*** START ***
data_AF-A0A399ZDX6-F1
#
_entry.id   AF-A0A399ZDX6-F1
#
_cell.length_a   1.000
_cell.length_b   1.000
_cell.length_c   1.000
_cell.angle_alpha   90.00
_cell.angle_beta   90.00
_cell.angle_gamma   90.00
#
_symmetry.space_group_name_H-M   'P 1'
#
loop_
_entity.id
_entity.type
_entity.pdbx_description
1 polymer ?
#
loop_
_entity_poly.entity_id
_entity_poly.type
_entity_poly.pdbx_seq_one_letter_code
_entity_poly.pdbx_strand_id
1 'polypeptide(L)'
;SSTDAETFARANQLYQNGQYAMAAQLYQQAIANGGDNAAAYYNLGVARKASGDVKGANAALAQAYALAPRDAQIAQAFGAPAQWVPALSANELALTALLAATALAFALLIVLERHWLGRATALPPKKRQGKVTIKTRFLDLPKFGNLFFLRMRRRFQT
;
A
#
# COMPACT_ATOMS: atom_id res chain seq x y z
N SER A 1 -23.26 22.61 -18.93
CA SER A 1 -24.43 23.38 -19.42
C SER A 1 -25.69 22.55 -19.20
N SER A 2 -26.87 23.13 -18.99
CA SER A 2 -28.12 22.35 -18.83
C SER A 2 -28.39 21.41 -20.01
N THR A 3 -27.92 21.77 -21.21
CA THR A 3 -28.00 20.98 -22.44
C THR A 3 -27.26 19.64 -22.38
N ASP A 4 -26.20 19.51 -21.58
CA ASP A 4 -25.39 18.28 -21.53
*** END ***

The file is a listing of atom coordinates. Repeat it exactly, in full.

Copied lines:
data_AF-A0A399ZDX6-F1
#
_entry.id   AF-A0A399ZDX6-F1
#
_cell.length_a   1.000
_cell.length_b   1.000
_cell.length_c   1.000
_cell.angle_alpha   90.00
_cell.angle_beta   90.00
_cell.angle_gamma   90.00
#
_symmetry.space_group_name_H-M   'P 1'
#
loop_
_entity.id
_entity.type
_entity.pdbx_description
1 polymer ?
#
loop_
_entity_poly.entity_id
_entity_poly.type
_entity_poly.pdbx_seq_one_letter_code
_entity_poly.pdbx_strand_id
1 'polypeptide(L)'
;SSTDAETFARANQLYQNGQYAMAAQLYQQAIANGGDNAAAYYNLGVARKASGDVKGANAALAQAYALAPRDAQIAQAFGAPAQWVPALSANELALTALLAATALAFALLIVLERHWLGRATALPPKKRQGKVTIKTRFLDLPKFGNLFFLRMRRRFQT
;
A
#
# COMPACT_ATOMS: atom_id res chain seq x y z
N SER A 1 -23.26 22.61 -18.93
CA SER A 1 -24.43 23.38 -19.42
C SER A 1 -25.69 22.55 -19.20
N SER A 2 -26.87 23.13 -18.99
CA SER A 2 -28.12 22.35 -18.83
C SER A 2 -28.39 21.41 -20.01
N THR A 3 -27.92 21.77 -21.21
CA THR A 3 -28.00 20.98 -22.44
C THR A 3 -27.26 19.64 -22.38
N ASP A 4 -26.20 19.51 -21.58
CA ASP A 4 -25.39 18.28 -21.53